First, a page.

Tuesday, June 28, 2011

A Skirt to wear to the Vatican

Many weeks ago, not long after I finished the two brown skirts, I started thinking about making a peasant skirt. I looked at a few web tutorials and decided to do just a simple elastic waist, and I figured I wouldn't need a pattern. I went and shopped a sale at JoAnn for the fabric, elastic for the waist, and a pretty lace trim to go around the bottom edge.

Since I wasn't using a pattern, I went a head and did a back of the envelope calculation, as they say on the Frontiers of Science (David Helfand would be so proud). Here is my schematic drawing showing the way the tiers would expand:
Fast forward a goodly number of weeks to last Monday night, and I've gotten all of the pieces cut out, the waist casing done, and all but the bottom two seams sewn. When I tried the skirt on, it didn't fit right. I'd pictured kind of a drop waist sort of first tier beginning with the waistband, but that put the first seam right at the widest part of my hips. It fit, but it wasn't at all flattering. Luckily, it was also clear that the skirt was a lot longer than I'd pictured. Where I had expected the hem to fall just a tad below my knees, it was on track to be mid-calf length. So I chopped off about four inches from the top, and resewed the casing.

Another problem appeared when I went to sew the hem. I had only bought 2 yards of lace trim, when it turned out that I needed 2 1/2 yards. So I had to put the skirt on hold until I could get back to JoAnn to buy new lace.
When I make this skirt again, I'll make it a little bit shorter - probably by making each of the lower three tiers an inch or an inch and a half shorter. As Robert said, this skirt makes me look like I'm trying to be modest. That's exactly the image I want to project when I visit the Vatican when I go to Rome in a few weeks, but my general style is for skirts that are closer to knee-length.

Monday, June 27, 2011

Chicken and pigeons

Robert and I have been in our new apartment just over a month now, and for the past two or three weeks, we've had a pair of pigeons attempting to nest in our juliette balcony. I say "attempting" because these two pigeons are extraordinarily bad parents. They built a nest, and the female laid two eggs (much to our dismay). Then all of the nesting material fell through the grate and/or off the side. Then one of the eggs apparently fell over the side. Then, last week, Robert noticed that the remaining egg is broken. But none of these misfortunes have prevented the pigeons from sitting on the egg, and the male(? - I'm not 100% sure which is which) pigeon keeps on trying to bring twigs to reconstitute the nest. This has been totally unsuccessful, because he's just a little too fat to comfortably fit between the bars of the balcony. He flies up with a twig in his beak, tries to come through the bars, flaps his wings a few times, drops the twig to the ground, and flies off for another one. Every time. It would be very amusing, except that the pigeons are kind of noisy and gross and generally annoying.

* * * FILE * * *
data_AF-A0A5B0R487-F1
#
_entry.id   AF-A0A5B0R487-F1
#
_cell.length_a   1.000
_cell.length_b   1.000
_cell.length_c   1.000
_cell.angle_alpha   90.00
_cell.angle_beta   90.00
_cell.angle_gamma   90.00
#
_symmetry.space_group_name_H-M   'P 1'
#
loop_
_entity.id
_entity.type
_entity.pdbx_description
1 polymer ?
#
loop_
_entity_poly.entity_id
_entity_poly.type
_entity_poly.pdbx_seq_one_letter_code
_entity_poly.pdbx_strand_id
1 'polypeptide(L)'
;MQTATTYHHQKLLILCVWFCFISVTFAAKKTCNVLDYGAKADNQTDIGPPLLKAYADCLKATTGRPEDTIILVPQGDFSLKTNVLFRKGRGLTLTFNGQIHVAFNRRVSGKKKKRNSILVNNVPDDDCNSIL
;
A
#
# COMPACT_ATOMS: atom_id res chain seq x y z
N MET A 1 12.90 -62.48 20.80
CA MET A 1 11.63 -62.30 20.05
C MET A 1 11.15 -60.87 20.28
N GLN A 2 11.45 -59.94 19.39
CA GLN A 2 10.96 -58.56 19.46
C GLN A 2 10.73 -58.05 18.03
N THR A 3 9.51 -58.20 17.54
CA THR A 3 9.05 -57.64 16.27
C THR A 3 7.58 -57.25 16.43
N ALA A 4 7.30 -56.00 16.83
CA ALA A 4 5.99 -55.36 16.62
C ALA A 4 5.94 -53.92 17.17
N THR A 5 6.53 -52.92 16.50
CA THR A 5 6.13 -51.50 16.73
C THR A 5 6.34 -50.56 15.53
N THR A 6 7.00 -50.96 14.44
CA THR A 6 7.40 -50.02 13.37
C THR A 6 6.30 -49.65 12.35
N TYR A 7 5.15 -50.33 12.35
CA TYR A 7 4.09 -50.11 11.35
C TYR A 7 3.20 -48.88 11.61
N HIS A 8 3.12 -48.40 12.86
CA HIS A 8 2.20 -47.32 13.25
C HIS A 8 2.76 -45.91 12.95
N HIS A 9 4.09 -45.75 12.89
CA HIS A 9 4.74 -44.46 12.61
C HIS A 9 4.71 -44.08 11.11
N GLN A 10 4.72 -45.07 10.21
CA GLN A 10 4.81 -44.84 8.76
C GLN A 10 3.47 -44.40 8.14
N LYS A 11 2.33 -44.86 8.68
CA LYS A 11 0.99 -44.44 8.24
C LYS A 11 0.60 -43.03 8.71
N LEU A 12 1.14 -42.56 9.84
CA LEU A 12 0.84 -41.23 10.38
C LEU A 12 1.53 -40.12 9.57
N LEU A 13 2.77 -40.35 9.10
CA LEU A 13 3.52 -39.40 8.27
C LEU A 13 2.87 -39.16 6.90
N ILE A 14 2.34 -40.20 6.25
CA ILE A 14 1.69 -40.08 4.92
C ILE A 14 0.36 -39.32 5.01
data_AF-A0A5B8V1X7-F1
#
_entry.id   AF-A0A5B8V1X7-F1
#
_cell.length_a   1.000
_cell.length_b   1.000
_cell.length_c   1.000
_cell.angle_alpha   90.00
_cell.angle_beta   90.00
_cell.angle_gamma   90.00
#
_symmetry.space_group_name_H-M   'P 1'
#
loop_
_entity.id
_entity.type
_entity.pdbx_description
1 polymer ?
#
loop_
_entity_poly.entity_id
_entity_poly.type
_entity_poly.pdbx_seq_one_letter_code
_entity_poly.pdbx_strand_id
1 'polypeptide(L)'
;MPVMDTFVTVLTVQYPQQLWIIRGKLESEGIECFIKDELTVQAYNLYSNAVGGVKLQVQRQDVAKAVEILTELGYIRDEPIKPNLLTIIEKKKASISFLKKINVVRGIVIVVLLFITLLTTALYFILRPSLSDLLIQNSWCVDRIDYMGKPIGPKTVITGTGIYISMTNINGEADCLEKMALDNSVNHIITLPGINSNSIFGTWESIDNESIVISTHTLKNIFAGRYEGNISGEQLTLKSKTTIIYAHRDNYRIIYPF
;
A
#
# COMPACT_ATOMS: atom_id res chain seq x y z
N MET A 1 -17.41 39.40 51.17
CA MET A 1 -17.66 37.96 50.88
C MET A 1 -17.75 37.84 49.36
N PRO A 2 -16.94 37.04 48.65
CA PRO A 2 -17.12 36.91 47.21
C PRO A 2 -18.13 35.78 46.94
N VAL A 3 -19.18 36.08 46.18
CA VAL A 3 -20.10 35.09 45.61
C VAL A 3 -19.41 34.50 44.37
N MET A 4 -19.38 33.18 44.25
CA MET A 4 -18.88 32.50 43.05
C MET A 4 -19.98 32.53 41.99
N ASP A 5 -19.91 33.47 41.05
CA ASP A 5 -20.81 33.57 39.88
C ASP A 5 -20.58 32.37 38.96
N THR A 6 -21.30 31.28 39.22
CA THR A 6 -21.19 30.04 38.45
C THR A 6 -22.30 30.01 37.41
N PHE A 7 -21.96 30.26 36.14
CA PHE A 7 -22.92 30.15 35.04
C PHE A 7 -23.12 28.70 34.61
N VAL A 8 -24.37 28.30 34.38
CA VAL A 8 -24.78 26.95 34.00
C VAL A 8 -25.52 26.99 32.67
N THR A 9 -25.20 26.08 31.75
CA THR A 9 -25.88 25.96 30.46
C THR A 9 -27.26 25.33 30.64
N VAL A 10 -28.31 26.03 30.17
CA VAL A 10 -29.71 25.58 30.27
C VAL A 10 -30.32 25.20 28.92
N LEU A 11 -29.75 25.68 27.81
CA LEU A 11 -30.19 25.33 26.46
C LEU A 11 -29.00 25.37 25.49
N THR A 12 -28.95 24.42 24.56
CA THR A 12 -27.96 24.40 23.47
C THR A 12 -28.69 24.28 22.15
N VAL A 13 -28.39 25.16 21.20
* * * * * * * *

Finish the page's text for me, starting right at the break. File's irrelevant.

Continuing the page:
In other birdie news, my needle-felted chicken from a previous post is finally framed and hanging up in our kitchen:

Sunday, June 26, 2011

Pink socks finished

Even though colloquium and CMS are on summer hiatus, I've been getting in some pretty good knitting time, and a few weeks ago I finished the pink socks. The pattern is from Cookie A's book Sock Innovation, and the yarn is from Claudia Hand Painted Yarns, purchased at Webs.
Two things I love about these socks:
  1. The color. I don't really think either of the pictures captures the beautiful pink colors of the yarn. Pink is my favorite color.
  2. The way the lace panel eats the ribs to arc across the top of the foot, as you can see in the first picture. Robert says this is "nifty," and I agree. Also, I really appreciate the symmetry of this element. The socks are mirror images of each other.

Saturday, June 25, 2011

Bread Machine!

Many things have happened since the last time I posted. I will make an attempt to post them in the order in which they were done, but no guarantees.

First up, We received a breadmaker as a housewarming/"thanks Robert for dogsitting" gift. We have been enjoying it a great deal. The first loaf of bread Robert made in it was a simple white bread:

This loaf of bread was very delicious, and lasted less than 24 hours. We try to have a "special" breakfast on Saturday mornings, and the day after the first loaf of bread happened to be a Saturday, so I made vegan french toast. We devoured it with margarine and maple syrup.

Wednesday, June 8, 2011

Green Shawl Finished!

My green shawl is finally finished! I started it in the summer of 2008, when my family was on vacation in Flagstaff, AZ. We went on a day trip to Sedona, where we stopped in at the Red Rock Knit Shop. I fell in love with a gorgeous lace shawl displayed on the wall. The owner of the shop directed me to the online source for the pattern, and I bought the yarn right there and then (the yarn was Classic Elite Silky Alpaca Lace; this is not the yarn recommended in the pattern).

It has taken me nearly 3 years, but it is now finished. In the picture above, you can see it all pinned out for blocking. Here it is soaking in Eucalan wool wash first:
After removing it from the wash water, I squeezed it in a towel. It was so small!
Then I rolled it up in a bath towel and walked all over it before Robert helped me pin it out symmetrically. After it had dried, it was clear how much more orderly the stitches had become. The lace pattern became much more clear than it had been before.
Here, you can see the difference in size of the shawl before and after blocking. The first photo is before, and the second is after. For reference, the back of the couch folds down to make a full-sized bed.